How Much Does Your Dog Cost a Month?

Updated on August 23, 2012
J.M. asks from Doylestown, PA
16 answers

J. wondering how much the average person spends on a dog.

Do you have pet health insurance?
Is health insurance for them worth it?
if so what company do you use and prices? I talked to petsmart and they are 40 per month which includes neutering and then there are no cppays for visits.
Price of food a month?
any other incidentals?

J. trying to figure out how much our future puppy is going to cost us. we're looking for a golden retriever if size matters for your answers

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answers from Houston on

Kind of like asking "how much does a kid cost?". Not bashing, J. saying.
So many factors, Science Diet dog food or Walmart brand. Monthly heartworm pills, flea prevention, getting hit by a car, cancer, running away...
J. enjoy.

1 mom found this helpful

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answers from Topeka on

Nothing since I can't get myself over the outrageous cost of having an animal

3 moms found this helpful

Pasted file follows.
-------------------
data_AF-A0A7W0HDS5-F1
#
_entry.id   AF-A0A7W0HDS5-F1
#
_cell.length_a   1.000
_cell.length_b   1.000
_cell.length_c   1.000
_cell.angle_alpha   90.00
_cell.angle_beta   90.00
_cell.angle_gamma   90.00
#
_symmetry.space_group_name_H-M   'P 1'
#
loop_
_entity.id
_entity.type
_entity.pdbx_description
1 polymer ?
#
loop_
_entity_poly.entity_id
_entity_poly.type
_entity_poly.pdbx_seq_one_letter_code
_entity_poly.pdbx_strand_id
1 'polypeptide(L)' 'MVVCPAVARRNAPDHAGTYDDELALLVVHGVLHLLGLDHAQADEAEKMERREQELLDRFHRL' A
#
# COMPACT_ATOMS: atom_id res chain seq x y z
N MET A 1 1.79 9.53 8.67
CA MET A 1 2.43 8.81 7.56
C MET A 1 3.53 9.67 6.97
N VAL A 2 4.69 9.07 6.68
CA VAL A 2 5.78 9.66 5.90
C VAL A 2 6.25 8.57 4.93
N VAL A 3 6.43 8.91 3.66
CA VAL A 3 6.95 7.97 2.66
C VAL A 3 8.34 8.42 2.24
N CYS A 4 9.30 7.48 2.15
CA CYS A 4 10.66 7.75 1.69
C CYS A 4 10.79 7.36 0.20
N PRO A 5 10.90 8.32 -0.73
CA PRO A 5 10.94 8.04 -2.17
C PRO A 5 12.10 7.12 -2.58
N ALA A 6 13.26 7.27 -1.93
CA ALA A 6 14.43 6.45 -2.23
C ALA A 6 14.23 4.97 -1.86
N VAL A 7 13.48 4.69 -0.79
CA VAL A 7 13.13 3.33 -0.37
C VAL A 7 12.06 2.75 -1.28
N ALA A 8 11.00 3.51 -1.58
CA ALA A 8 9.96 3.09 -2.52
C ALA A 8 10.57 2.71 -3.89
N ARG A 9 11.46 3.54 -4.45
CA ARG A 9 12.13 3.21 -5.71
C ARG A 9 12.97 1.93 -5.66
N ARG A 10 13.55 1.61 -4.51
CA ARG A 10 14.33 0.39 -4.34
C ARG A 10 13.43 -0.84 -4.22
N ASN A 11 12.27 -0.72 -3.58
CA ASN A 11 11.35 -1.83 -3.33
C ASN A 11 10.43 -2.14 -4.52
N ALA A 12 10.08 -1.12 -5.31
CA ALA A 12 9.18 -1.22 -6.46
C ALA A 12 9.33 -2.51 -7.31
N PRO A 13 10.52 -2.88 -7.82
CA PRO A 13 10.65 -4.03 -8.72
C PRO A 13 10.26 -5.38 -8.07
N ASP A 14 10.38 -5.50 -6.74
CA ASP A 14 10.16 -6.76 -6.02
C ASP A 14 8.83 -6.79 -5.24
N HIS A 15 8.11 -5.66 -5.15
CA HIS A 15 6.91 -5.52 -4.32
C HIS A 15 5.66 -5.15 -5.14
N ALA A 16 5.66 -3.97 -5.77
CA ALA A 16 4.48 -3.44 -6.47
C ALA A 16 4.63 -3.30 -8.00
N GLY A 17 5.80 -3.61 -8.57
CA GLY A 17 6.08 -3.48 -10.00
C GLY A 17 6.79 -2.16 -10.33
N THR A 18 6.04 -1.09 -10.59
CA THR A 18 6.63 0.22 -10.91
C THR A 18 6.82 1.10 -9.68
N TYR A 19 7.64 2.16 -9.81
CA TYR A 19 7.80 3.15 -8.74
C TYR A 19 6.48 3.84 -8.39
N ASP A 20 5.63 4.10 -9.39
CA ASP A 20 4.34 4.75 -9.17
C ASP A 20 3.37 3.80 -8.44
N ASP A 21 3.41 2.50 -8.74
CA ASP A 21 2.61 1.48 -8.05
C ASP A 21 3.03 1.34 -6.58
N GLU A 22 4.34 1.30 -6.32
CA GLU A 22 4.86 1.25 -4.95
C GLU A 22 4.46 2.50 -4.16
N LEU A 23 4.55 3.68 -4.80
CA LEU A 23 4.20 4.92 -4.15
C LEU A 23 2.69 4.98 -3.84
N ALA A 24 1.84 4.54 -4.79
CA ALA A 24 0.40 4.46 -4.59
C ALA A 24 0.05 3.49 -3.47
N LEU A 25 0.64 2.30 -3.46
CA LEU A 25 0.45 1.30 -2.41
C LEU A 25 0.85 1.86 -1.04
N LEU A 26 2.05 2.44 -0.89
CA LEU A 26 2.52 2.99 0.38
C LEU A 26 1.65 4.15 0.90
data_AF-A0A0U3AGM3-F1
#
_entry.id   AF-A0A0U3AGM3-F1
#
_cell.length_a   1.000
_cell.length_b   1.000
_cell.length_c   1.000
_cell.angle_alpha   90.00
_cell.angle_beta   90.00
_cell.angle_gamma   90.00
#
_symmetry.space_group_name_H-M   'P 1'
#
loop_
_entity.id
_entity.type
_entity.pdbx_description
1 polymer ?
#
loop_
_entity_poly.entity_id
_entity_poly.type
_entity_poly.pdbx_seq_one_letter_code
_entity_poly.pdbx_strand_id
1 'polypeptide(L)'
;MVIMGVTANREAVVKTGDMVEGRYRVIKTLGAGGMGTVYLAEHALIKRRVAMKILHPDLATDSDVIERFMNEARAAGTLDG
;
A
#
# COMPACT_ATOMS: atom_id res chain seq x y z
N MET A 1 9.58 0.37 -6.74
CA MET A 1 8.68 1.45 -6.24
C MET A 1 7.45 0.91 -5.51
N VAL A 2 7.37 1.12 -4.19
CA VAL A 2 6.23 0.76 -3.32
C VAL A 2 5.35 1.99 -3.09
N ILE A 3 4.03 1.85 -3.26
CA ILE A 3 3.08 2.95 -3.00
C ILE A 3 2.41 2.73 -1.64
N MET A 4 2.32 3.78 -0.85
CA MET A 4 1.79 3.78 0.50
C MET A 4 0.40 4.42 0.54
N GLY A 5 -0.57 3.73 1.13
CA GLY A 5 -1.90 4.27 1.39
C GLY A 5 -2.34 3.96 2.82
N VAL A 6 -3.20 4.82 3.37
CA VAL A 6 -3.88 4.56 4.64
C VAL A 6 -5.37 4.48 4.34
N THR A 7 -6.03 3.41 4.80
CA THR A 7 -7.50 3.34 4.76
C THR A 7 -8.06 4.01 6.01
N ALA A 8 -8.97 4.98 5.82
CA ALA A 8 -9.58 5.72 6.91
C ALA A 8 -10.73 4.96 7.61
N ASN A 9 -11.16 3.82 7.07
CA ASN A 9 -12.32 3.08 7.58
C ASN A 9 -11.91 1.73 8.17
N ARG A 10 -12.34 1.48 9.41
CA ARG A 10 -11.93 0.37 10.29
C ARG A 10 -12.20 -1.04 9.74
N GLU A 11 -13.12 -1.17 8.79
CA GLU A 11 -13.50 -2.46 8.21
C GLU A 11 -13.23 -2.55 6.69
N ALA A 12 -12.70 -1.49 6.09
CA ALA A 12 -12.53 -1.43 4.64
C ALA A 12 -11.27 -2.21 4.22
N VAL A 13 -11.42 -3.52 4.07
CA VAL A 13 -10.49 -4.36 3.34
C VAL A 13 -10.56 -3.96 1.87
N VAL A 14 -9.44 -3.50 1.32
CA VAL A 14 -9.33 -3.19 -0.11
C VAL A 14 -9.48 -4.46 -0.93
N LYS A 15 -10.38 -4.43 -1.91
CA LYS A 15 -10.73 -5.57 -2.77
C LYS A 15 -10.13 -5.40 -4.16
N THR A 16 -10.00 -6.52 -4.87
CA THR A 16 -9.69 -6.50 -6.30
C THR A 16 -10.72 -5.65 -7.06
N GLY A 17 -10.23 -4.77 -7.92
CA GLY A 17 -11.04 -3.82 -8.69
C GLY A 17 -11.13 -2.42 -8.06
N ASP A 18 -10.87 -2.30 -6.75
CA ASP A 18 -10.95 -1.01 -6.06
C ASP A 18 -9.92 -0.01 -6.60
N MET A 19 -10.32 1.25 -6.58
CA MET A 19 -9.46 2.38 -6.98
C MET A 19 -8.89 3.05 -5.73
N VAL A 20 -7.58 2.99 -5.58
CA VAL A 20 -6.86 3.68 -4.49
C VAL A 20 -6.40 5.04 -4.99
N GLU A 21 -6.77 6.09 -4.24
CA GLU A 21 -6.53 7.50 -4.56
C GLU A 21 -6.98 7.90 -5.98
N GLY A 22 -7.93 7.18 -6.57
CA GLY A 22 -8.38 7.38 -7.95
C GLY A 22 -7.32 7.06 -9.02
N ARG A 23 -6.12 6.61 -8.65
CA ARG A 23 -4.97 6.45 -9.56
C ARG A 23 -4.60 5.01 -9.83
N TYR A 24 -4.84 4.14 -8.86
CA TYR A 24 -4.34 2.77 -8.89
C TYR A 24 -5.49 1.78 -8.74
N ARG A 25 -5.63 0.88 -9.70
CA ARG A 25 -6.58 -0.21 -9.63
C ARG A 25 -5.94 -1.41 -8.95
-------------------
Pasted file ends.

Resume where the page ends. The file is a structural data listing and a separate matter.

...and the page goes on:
answers from Jacksonville on

Food is around $40/month. Flea/tick prevention and heartworm prevention (pretty basic health care stuff) run about $200/annually, so $17/month on average? Then annual shots and physical run around $200? So, that is about $900 per year for a healthy dog. We have a German Shepherd, so similar in size to what you are talking about.

Throw in toys (the frisbees that she and we like are about $4.50 each and wear out every few months), chew sticks or bones, Christmas treats, etc. I'd guess another $50-75 a year.

Then, when we vacation and can't her, we pay around $20 a day for care for her, either at a kennel or a dog sitter to come take care of her at our home. Every time we go anywhere overnight. That adds to the costs of your vacations and long weekends.

Those are J. "basics". Our dog suffered some sort of issue a few years ago that resulted in some seizures, and we almost lost her. She is now on daily meds for seizures and thyroid issues. And that runs about $30 a month plus regular blood work (every 4-5 months or so) to check her levels.

All in all, I would say that having a dog is NOT cheap. Worth it if you can cover the expenses, but not cheap at all. You definitely need a line item in your budget for the dog.

The initial outlay for supplies (not including puppy shots), were $30 for a small crate, then $60 for the XL one after she grew; $30 or so for bowls (on a stand), $20 for a decent collar and leash, and a variety of dog beds over the years.... the liners for crates run around $35 and UP... the bigger they are the more they cost. Bed in front of the fireplace, $45 online.

1 mom found this helpful


answers from Spokane on